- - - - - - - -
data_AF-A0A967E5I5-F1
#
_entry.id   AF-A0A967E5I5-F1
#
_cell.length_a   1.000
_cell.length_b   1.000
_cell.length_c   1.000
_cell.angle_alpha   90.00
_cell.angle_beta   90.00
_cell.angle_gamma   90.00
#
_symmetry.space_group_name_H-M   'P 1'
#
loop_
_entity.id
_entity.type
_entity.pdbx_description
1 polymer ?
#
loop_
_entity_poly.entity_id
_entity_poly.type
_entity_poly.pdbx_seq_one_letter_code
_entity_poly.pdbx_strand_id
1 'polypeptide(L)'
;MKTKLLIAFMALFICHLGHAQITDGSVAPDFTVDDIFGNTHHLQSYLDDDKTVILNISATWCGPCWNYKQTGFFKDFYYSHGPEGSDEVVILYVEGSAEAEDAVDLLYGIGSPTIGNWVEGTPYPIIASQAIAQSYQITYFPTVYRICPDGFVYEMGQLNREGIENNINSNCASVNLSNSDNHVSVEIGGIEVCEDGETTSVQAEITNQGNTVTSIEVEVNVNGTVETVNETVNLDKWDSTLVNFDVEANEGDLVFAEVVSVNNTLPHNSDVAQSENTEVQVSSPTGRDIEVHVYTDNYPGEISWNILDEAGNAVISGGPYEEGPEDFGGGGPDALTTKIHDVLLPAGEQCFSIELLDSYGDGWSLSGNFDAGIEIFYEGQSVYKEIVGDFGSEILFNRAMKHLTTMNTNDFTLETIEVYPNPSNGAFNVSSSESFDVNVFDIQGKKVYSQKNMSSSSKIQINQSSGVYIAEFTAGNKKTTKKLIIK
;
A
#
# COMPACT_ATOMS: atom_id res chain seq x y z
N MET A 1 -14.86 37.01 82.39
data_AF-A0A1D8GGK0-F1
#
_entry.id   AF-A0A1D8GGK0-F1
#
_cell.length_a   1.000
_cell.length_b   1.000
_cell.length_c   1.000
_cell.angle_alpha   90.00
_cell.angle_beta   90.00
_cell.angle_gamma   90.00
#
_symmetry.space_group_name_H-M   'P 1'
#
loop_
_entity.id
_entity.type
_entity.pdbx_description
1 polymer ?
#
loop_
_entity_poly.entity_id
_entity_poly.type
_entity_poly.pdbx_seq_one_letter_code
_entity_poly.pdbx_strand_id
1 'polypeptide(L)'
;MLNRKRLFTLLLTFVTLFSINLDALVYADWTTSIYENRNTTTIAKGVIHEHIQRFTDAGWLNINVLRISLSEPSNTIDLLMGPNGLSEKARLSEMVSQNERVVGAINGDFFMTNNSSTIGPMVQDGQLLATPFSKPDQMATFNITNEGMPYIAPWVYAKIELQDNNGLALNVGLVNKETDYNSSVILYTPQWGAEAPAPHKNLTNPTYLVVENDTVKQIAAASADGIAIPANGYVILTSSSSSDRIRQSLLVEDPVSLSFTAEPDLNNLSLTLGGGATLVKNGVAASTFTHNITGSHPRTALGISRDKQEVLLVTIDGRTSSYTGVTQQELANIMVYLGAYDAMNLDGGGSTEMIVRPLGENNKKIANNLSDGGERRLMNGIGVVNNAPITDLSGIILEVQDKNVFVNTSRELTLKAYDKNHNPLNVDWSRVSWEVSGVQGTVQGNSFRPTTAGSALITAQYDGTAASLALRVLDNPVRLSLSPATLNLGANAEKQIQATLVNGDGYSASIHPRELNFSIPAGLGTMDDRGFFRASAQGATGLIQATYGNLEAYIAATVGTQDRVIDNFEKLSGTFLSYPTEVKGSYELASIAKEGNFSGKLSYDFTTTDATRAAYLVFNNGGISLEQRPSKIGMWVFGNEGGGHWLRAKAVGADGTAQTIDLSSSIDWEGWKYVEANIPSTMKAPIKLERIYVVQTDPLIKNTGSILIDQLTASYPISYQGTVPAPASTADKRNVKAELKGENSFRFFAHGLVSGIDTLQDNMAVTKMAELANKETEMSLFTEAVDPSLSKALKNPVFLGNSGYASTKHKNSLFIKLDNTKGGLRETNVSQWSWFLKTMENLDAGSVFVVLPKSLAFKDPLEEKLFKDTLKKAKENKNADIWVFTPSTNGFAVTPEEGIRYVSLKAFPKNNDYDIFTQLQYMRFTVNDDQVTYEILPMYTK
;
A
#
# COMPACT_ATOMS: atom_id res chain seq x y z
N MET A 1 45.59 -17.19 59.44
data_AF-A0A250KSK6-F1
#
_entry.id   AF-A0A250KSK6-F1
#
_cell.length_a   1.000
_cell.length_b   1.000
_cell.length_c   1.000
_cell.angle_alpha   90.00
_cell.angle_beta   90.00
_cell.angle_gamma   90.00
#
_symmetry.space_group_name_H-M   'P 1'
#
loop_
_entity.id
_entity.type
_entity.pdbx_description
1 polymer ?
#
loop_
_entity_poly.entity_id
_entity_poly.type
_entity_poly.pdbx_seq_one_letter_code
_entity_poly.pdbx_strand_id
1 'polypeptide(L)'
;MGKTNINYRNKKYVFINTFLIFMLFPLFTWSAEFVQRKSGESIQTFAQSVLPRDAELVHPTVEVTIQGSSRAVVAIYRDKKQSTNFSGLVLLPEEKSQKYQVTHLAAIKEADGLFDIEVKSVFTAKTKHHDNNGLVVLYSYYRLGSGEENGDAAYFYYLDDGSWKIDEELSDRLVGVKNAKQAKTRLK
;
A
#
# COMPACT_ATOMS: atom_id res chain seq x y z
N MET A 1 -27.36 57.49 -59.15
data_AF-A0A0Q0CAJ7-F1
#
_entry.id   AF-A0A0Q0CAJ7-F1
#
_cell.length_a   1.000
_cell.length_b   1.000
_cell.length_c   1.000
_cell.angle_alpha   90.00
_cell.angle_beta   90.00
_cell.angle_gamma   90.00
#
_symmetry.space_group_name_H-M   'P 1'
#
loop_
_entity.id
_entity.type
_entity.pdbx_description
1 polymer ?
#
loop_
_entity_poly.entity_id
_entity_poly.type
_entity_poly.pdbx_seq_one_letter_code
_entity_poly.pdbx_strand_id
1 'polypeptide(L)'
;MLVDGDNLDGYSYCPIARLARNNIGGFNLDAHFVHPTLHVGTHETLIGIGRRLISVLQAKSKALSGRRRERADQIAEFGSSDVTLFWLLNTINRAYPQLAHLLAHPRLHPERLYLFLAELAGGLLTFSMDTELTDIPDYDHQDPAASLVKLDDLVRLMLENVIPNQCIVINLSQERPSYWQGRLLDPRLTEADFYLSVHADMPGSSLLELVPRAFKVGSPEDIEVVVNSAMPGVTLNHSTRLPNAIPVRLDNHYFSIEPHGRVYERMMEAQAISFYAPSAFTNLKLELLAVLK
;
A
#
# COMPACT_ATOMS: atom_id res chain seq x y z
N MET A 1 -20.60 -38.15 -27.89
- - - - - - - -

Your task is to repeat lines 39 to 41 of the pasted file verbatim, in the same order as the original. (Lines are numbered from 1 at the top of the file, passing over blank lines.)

_cell.angle_alpha   90.00
_cell.angle_beta   90.00
_cell.angle_gamma   90.00